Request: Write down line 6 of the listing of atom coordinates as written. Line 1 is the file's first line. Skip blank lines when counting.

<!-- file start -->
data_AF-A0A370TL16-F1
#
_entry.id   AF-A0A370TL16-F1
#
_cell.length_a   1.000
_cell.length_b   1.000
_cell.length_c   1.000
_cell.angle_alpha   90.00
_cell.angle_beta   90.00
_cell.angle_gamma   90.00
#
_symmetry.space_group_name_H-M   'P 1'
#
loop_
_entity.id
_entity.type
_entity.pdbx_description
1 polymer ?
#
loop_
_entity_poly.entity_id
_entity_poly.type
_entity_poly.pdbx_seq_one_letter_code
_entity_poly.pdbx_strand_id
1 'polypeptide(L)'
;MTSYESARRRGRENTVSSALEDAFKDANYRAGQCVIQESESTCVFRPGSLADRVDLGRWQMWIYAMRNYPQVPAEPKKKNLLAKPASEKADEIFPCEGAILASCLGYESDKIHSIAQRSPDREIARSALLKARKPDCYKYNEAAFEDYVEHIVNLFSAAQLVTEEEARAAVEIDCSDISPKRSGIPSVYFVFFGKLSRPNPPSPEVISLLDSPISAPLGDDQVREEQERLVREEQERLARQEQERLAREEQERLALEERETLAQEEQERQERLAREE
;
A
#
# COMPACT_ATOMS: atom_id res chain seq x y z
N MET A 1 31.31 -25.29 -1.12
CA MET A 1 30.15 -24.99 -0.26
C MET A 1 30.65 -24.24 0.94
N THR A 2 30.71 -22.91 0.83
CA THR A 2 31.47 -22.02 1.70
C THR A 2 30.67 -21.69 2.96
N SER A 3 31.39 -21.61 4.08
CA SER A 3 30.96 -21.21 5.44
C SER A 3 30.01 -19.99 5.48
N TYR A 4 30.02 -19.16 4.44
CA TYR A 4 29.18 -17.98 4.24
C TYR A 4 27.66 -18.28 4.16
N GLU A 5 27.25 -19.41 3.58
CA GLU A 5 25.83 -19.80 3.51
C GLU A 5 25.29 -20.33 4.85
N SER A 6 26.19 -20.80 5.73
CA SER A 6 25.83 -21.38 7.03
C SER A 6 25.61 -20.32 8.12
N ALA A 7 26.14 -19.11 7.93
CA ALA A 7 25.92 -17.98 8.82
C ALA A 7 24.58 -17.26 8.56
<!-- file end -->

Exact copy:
_cell.length_b   1.000